Using the polymerase chain reaction to estimate mutation frequencies and rates in human cells

Gino A Cortopassi, Norman Arnheim

Research output: Contribution to journalArticle

22 Scopus citations

Abstract

The Polymerase Chain Reaction (PCR) has had a significant impact on molecular studies of human mutagenesis, mainly in the acceleration of molecular characterisation of mutant genes in cells isolated by a phenotypic selection. PCR can also be used to study genetic alterations in cells which have not undergone phenotypic selection. By modifying the standard PCR parameters, the presence of mutations can be assayed in single human cells, creating the potential to determine mutation rates in gametes on a cell-by-cell basis (Section I). Alternatively, PCR can be used to selectively amplify a mutant gene in a pool of normal genomes and thus determine a mutation frequency (Section II). Current applications of these two approaches are summarised and critically reviewed.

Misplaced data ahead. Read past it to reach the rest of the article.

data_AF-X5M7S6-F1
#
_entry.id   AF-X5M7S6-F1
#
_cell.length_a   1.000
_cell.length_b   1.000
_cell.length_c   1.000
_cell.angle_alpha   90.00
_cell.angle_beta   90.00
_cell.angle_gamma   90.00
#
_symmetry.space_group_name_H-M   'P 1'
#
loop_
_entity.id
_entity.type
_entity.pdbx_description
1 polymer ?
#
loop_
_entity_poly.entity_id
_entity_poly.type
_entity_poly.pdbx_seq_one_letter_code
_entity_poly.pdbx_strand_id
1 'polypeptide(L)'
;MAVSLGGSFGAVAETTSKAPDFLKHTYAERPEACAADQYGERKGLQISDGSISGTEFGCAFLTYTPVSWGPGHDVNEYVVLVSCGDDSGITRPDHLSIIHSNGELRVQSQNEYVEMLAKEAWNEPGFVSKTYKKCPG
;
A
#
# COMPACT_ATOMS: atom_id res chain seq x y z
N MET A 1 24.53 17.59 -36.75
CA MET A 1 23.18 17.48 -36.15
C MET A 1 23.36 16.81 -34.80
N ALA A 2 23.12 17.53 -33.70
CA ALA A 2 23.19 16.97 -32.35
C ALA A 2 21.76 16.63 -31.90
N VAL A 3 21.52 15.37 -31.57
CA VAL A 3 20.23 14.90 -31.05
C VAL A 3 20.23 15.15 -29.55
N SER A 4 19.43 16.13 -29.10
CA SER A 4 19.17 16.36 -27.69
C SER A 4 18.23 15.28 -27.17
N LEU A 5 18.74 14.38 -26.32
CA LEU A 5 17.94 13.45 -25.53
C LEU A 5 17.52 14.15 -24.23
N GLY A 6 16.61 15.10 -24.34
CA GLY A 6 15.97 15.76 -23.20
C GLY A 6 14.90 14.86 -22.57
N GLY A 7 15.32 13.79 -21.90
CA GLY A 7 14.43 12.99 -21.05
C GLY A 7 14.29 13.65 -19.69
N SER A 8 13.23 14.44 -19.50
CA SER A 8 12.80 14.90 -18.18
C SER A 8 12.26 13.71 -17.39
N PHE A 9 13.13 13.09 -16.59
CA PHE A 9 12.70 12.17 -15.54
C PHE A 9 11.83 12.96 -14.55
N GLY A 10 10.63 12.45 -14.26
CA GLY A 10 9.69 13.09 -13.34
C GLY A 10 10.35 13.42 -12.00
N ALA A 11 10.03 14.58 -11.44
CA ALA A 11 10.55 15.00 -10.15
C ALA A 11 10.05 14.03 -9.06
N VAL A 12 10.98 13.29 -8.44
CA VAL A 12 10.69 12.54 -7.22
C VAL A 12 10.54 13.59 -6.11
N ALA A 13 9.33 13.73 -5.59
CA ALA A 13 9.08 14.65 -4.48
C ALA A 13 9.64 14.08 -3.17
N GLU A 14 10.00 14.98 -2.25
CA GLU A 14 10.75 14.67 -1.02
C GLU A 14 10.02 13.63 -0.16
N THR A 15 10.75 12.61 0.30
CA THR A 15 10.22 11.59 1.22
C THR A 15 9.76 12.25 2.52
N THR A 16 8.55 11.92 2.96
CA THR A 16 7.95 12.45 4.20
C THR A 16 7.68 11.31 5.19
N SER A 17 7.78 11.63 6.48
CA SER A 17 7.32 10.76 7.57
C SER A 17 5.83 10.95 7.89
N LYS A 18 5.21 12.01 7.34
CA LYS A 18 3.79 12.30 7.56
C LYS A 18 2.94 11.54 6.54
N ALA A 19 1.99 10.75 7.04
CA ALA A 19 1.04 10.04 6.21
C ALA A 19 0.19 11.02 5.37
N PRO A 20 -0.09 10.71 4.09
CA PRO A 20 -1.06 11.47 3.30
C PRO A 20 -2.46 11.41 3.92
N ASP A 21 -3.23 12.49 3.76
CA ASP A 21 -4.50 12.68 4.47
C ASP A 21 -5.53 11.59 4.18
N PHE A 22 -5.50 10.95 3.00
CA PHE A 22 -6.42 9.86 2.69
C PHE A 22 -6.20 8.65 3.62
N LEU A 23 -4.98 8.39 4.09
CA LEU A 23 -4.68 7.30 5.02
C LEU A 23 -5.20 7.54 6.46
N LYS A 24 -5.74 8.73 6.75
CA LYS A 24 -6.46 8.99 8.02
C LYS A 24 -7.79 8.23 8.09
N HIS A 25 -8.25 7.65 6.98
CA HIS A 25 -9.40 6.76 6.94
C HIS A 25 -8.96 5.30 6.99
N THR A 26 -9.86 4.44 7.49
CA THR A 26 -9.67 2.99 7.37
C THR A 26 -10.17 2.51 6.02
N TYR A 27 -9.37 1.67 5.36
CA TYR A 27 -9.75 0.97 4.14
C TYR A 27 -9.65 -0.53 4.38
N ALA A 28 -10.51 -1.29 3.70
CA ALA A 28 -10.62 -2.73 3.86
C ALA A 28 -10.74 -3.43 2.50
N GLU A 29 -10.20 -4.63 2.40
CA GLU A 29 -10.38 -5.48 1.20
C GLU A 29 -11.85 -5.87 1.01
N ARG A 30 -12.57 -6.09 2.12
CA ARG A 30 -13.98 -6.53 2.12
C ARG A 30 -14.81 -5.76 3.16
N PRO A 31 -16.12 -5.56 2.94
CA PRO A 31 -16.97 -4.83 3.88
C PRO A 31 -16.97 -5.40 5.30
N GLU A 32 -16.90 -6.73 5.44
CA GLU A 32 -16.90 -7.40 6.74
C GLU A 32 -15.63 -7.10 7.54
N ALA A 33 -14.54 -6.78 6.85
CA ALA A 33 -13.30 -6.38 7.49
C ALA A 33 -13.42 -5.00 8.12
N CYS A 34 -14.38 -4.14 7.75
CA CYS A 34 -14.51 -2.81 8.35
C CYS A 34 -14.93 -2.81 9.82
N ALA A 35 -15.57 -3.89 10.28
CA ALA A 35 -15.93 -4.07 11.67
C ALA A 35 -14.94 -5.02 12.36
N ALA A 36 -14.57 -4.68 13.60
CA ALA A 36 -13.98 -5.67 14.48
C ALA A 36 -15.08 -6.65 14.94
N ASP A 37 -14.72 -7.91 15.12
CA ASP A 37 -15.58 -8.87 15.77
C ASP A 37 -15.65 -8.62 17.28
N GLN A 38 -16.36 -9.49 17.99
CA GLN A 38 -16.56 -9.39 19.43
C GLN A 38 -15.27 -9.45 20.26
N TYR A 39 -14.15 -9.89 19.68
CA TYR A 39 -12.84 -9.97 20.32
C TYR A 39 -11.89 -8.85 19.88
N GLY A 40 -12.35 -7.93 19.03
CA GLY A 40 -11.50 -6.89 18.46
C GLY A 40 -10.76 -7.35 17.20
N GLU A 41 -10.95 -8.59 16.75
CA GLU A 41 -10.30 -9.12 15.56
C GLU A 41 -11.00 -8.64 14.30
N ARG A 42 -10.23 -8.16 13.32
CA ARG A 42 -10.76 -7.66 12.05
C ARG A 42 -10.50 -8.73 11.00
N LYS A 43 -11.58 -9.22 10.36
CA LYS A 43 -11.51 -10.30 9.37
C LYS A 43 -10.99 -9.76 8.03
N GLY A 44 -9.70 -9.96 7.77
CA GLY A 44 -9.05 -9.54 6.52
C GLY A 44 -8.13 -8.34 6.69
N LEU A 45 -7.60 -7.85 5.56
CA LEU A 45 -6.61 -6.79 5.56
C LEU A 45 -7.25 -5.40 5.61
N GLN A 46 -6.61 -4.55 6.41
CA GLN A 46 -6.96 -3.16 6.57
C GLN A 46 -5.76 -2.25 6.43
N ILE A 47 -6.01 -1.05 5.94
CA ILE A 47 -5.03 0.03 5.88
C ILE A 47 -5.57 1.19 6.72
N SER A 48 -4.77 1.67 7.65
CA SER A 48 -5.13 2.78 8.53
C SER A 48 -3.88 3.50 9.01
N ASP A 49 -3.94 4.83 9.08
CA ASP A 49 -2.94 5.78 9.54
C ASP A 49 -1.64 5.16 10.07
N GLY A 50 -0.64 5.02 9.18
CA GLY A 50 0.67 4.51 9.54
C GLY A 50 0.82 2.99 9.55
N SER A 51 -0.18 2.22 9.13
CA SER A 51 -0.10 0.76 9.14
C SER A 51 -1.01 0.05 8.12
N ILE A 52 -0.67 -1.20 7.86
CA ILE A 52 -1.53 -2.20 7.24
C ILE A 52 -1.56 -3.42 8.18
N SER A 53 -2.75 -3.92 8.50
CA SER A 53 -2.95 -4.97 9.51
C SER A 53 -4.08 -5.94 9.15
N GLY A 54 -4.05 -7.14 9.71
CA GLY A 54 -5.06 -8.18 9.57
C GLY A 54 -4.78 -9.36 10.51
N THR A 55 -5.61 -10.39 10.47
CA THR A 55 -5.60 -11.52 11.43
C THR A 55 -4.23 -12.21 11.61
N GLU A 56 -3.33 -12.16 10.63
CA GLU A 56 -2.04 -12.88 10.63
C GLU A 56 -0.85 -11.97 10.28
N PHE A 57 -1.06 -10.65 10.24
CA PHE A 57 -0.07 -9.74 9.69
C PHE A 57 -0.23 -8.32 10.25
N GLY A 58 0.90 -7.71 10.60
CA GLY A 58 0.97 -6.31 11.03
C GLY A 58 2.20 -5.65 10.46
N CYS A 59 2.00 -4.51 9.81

Original languageEnglish (US)
Pages (from-to)239-249
Number of pages11
JournalMutation Research/Reviews in Genetic Toxicology
Volume277
Issue number3
DOIs
StatePublished - 1992
Externally publishedYes

Keywords

  • Germinal mutation frequency
  • PCR
  • Polymerase chain reaction
  • Single cell analysis
  • Somatic mutation frequency

ASJC Scopus subject areas

  • Genetics
  • Toxicology

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